(This article belongs to the Special Issue Betablockers)

Review

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Open AccessReview Beta-Blockers and Oxidative Stress in Patients with Heart Failure
Pharmaceuticals 2011, 4(8), 1088-1100; doi:10.3390/ph4081088
Received: 12 July 2011 / Accepted: 28 July 2011 / Published: 5 August 2011
Cited by 2 | PDF Full-text (1912 KB) | HTML Full-text | XML Full-text
Abstract
Oxidative stress has been implicated in the pathogenesis of heart failure. Reactive oxygen species (ROS) are produced in the failing myocardium, and ROS cause hypertrophy, apoptosis/cell death and intracellular Ca2+ overload in cardiac myocytes. ROS also cause damage to lipid cell [...] Read more.
Oxidative stress has been implicated in the pathogenesis of heart failure. Reactive oxygen species (ROS) are produced in the failing myocardium, and ROS cause hypertrophy, apoptosis/cell death and intracellular Ca2+ overload in cardiac myocytes. ROS also cause damage to lipid cell membranes in the process of lipid peroxidation. In this process, several aldehydes, including 4-hydroxy-2-nonenal (HNE), are generated and the amount of HNE is increased in the human failing myocardium. HNE exacerbates the formation of ROS, especially H2O2 and ·OH, in cardiomyocytes and subsequently ROS cause intracellular Ca2+ overload. Treatment with beta-blockers such as metoprolol, carvedilol and bisoprolol reduces the levels of oxidative stress, together with amelioration of heart failure. This reduction could be caused by several possible mechanisms. First, the beta-blocking effect is important, because catecholamines such as isoproterenol and norepinephrine induce oxidative stress in the myocardium. Second, anti-ischemic effects and negative chronotropic effects are also important. Furthermore, direct antioxidative effects of carvedilol contribute to the reduction of oxidative stress. Carvedilol inhibited HNE-induced intracellular Ca2+ overload. Beta-blocker therapy is a useful antioxidative therapy in patients with heart failure. Full article
(This article belongs to the Special Issue Betablockers)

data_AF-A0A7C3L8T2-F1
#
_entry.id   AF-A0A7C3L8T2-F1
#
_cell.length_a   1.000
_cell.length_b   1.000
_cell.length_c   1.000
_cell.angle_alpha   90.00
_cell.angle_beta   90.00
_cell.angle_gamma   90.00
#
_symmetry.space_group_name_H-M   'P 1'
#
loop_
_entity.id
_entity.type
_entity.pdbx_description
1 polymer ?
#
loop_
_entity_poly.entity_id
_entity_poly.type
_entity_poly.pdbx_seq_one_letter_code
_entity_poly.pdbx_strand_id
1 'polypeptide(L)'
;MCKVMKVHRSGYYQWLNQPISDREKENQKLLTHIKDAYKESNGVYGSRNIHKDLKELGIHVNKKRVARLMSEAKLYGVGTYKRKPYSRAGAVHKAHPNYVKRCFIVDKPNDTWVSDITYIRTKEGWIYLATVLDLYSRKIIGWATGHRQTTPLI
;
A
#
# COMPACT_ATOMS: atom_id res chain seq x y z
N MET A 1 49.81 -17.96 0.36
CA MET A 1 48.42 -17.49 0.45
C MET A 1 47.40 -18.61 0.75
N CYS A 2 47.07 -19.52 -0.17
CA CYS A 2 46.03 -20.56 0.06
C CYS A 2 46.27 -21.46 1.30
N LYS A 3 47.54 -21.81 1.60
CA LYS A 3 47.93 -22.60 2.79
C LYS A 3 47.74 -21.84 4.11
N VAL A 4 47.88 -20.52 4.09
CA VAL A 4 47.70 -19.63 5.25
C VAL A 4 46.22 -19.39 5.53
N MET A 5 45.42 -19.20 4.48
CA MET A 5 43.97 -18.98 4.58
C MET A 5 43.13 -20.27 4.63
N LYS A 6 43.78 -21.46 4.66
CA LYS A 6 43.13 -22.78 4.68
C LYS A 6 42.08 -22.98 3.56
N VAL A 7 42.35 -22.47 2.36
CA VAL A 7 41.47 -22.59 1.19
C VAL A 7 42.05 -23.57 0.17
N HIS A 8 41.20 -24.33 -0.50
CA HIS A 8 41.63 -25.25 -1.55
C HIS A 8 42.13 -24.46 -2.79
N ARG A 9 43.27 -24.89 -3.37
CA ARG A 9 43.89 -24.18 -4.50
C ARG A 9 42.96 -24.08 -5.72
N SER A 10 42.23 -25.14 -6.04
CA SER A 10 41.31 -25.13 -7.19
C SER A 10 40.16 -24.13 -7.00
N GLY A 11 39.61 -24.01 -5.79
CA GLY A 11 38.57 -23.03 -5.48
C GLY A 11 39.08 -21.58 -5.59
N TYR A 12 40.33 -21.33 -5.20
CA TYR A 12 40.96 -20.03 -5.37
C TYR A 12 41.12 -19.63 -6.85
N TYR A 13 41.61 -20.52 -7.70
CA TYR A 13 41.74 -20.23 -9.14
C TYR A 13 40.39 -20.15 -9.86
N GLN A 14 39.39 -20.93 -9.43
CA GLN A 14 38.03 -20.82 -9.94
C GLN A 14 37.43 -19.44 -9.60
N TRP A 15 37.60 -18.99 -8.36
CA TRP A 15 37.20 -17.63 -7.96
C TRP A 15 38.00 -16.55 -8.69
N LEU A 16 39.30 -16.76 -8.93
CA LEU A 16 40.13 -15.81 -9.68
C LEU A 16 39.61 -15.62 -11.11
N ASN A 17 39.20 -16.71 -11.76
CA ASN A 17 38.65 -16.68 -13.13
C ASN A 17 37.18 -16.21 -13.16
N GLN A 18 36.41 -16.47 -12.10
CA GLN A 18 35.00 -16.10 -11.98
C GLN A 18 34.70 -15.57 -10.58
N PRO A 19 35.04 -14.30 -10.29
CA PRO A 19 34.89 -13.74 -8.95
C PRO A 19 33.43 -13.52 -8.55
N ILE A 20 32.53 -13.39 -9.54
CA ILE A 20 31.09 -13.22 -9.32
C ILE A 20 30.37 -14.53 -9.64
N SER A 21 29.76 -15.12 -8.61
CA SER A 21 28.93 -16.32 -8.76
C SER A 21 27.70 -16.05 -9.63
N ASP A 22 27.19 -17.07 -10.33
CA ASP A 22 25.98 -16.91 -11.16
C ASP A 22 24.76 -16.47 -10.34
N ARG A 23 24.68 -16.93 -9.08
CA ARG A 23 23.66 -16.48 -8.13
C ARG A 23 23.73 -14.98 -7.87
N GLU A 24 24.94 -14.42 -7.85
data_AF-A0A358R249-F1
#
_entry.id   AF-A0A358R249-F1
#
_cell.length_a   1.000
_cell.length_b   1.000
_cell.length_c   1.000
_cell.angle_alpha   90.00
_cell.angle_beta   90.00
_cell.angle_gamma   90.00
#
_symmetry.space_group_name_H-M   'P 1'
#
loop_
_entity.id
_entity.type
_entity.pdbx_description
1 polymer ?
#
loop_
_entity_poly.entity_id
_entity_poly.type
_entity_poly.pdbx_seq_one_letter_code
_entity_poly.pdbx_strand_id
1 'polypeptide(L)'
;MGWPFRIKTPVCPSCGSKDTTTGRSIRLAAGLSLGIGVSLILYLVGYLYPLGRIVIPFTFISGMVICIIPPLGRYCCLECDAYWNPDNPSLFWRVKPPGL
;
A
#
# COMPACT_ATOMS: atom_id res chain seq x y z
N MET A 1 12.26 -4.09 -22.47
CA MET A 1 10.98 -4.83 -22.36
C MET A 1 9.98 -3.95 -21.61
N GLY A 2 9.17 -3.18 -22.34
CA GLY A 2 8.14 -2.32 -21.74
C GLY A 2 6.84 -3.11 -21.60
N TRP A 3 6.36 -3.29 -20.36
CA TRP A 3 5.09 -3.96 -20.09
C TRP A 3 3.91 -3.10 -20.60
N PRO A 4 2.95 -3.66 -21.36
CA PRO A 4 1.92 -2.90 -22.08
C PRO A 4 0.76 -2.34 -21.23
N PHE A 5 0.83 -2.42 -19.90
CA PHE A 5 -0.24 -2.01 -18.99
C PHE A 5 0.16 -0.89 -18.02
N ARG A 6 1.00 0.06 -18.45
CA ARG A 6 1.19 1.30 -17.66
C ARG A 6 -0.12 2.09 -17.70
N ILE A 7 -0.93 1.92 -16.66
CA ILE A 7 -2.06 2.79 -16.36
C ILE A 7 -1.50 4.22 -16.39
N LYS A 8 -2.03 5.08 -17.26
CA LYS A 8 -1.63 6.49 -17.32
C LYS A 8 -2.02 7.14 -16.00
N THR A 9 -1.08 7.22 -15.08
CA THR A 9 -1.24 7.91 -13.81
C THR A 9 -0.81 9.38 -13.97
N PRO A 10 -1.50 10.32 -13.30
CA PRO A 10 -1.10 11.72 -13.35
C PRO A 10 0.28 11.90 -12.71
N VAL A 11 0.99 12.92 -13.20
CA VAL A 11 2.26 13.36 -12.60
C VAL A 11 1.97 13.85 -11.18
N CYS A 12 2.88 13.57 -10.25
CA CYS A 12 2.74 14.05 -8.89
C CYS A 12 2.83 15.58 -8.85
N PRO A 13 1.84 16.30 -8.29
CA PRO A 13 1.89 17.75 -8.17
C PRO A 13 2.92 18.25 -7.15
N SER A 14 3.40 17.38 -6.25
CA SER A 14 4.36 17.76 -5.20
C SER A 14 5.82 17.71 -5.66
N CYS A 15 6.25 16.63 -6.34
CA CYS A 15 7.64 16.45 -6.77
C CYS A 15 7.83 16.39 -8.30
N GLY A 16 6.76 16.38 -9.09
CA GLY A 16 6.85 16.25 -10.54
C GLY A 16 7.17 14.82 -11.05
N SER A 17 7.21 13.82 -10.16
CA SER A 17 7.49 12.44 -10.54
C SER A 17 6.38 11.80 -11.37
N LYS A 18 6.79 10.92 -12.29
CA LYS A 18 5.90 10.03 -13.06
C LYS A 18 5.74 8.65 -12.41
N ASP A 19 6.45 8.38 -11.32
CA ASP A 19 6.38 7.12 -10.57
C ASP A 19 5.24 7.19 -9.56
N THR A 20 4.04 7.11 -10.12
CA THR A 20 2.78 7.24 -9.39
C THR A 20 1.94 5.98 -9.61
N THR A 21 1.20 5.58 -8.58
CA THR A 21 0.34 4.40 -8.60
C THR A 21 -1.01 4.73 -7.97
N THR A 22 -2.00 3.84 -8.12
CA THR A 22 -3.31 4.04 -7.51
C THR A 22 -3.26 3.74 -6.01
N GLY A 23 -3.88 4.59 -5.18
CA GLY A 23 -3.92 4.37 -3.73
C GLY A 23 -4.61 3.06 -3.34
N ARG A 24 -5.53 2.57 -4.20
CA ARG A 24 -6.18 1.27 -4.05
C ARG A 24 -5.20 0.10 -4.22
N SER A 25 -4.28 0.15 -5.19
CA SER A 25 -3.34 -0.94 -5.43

Open AccessReview The Role of Carvedilol in the Treatment of Dilated and Anthracyclines-Induced Cardiomyopathy
Pharmaceuticals 2011, 4(5), 770-781; doi:10.3390/ph4050770
Received: 4 March 2011 / Revised: 11 May 2011 / Accepted: 19 May 2011 / Published: 24 May 2011
PDF Full-text (170 KB) | HTML Full-text | XML Full-text
Abstract
Although chronic sympathetic activation provides inotropic and chronotropic support to the failing heart, such activation may also have deleterious effects, including the direct cardiotoxic effects of catecholamines, activation of the renin-angiotensin-aldosterone system and an increase in myocardial oxygen demand. These observations indicate [...] Read more.
Although chronic sympathetic activation provides inotropic and chronotropic support to the failing heart, such activation may also have deleterious effects, including the direct cardiotoxic effects of catecholamines, activation of the renin-angiotensin-aldosterone system and an increase in myocardial oxygen demand. These observations indicate that β-blockade might be beneficial in the treatment of heart failure resulting from dilated cardiomyopathy or ischaemic heart disease. Carvedilol is a non-selective β-blocker acting on β1-, β2-, and α1-adrenoceptors. It possesses potent anti-oxidant and anti-apoptotic properties, along with neuroprotective, vasculoprotective, cardioprotective effects, and it has reduced overall mortality in patients with heart failure in controlled clinical trials. Its role in treating cardiomyopathy requires focus. The fact that anthracyclines are cardiotoxic seriously narrows their therapeutic index in cancer therapy. The cardiotoxic risk increases with the cumulative dose and may lead to congestive heart failure and dilated cardiomyopathy in adults and in children. This review focuses on recent research regarding the beneficial effects of carvedilol in the treatment of dilated cardiomyopathy and to revisit the available evidence on the cardioprotection of carvedilol when associated with anthracycline and to explain the mechanisms underlying the benefits of their co-administration. Full article
(This article belongs to the Special Issue Betablockers)